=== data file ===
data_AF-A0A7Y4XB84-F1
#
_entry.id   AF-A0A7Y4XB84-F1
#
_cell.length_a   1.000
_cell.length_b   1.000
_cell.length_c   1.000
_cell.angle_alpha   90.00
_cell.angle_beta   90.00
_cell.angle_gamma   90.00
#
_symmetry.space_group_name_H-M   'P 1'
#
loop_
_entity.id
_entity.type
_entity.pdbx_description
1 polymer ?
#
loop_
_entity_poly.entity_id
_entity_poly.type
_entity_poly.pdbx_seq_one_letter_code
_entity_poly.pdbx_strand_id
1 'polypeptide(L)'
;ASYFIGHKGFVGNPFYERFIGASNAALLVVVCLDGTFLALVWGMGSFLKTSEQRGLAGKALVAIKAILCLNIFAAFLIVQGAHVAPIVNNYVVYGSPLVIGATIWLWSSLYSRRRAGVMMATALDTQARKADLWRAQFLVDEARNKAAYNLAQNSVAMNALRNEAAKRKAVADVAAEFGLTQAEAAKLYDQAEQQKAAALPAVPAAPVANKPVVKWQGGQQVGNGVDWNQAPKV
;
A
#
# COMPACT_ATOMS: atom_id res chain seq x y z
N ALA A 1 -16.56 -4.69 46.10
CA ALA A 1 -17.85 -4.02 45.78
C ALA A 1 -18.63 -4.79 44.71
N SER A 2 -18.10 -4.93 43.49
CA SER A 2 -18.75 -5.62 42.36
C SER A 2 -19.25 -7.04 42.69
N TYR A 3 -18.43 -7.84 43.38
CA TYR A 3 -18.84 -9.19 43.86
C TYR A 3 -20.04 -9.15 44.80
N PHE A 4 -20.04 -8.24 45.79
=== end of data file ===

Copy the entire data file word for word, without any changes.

data_AF-A0A7Y4XB84-F1
#
_entry.id   AF-A0A7Y4XB84-F1
#
_cell.length_a   1.000
_cell.length_b   1.000
_cell.length_c   1.000
_cell.angle_alpha   90.00
_cell.angle_beta   90.00
_cell.angle_gamma   90.00
#
_symmetry.space_group_name_H-M   'P 1'
#
loop_
_entity.id
_entity.type
_entity.pdbx_description
1 polymer ?
#
loop_
_entity_poly.entity_id
_entity_poly.type
_entity_poly.pdbx_seq_one_letter_code
_entity_poly.pdbx_strand_id
1 'polypeptide(L)'
;ASYFIGHKGFVGNPFYERFIGASNAALLVVVCLDGTFLALVWGMGSFLKTSEQRGLAGKALVAIKAILCLNIFAAFLIVQGAHVAPIVNNYVVYGSPLVIGATIWLWSSLYSRRRAGVMMATALDTQARKADLWRAQFLVDEARNKAAYNLAQNSVAMNALRNEAAKRKAVADVAAEFGLTQAEAAKLYDQAEQQKAAALPAVPAAPVANKPVVKWQGGQQVGNGVDWNQAPKV
;
A
#
# COMPACT_ATOMS: atom_id res chain seq x y z
N ALA A 1 -16.56 -4.69 46.10
CA ALA A 1 -17.85 -4.02 45.78
C ALA A 1 -18.63 -4.79 44.71
N SER A 2 -18.10 -4.93 43.49
CA SER A 2 -18.75 -5.62 42.36
C SER A 2 -19.25 -7.04 42.69
N TYR A 3 -18.43 -7.84 43.38
CA TYR A 3 -18.84 -9.19 43.86
C TYR A 3 -20.04 -9.15 44.80
N PHE A 4 -20.04 -8.24 45.79